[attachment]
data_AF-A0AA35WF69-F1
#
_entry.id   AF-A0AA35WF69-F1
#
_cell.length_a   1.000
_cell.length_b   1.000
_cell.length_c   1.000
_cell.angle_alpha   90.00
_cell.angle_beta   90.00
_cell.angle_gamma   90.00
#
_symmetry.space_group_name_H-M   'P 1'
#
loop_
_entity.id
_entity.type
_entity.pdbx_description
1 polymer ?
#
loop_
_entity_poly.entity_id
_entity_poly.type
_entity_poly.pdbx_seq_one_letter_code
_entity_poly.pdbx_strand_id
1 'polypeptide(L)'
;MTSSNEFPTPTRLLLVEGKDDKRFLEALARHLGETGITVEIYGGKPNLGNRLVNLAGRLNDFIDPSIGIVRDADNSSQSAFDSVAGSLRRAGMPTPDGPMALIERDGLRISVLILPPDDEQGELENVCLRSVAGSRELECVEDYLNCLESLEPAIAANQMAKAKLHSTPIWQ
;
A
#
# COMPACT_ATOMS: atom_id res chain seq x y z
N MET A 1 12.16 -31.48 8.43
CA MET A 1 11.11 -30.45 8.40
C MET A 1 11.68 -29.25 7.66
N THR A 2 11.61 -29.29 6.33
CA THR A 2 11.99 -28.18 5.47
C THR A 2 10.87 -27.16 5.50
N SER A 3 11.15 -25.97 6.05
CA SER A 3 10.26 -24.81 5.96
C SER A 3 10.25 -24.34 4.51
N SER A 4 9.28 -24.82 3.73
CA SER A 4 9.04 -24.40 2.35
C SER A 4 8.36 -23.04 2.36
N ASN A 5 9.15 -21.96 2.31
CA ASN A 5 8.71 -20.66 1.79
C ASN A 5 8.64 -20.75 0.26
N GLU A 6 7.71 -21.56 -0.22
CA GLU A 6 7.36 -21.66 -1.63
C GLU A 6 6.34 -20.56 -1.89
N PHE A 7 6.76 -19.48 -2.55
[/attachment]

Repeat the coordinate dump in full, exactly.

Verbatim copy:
data_AF-A0AA35WF69-F1
#
_entry.id   AF-A0AA35WF69-F1
#
_cell.length_a   1.000
_cell.length_b   1.000
_cell.length_c   1.000
_cell.angle_alpha   90.00
_cell.angle_beta   90.00
_cell.angle_gamma   90.00
#
_symmetry.space_group_name_H-M   'P 1'
#
loop_
_entity.id
_entity.type
_entity.pdbx_description
1 polymer ?
#
loop_
_entity_poly.entity_id
_entity_poly.type
_entity_poly.pdbx_seq_one_letter_code
_entity_poly.pdbx_strand_id
1 'polypeptide(L)'
;MTSSNEFPTPTRLLLVEGKDDKRFLEALARHLGETGITVEIYGGKPNLGNRLVNLAGRLNDFIDPSIGIVRDADNSSQSAFDSVAGSLRRAGMPTPDGPMALIERDGLRISVLILPPDDEQGELENVCLRSVAGSRELECVEDYLNCLESLEPAIAANQMAKAKLHSTPIWQ
;
A
#
# COMPACT_ATOMS: atom_id res chain seq x y z
N MET A 1 12.16 -31.48 8.43
CA MET A 1 11.11 -30.45 8.40
C MET A 1 11.68 -29.25 7.66
N THR A 2 11.61 -29.29 6.33
CA THR A 2 11.99 -28.18 5.47
C THR A 2 10.87 -27.16 5.50
N SER A 3 11.15 -25.97 6.05
CA SER A 3 10.26 -24.81 5.96
C SER A 3 10.25 -24.34 4.51
N SER A 4 9.28 -24.82 3.73
CA SER A 4 9.04 -24.40 2.35
C SER A 4 8.36 -23.04 2.36
N ASN A 5 9.15 -21.96 2.31
CA ASN A 5 8.71 -20.66 1.79
C ASN A 5 8.64 -20.75 0.26
N GLU A 6 7.71 -21.56 -0.22
CA GLU A 6 7.36 -21.66 -1.63
C GLU A 6 6.34 -20.56 -1.89
N PHE A 7 6.76 -19.48 -2.55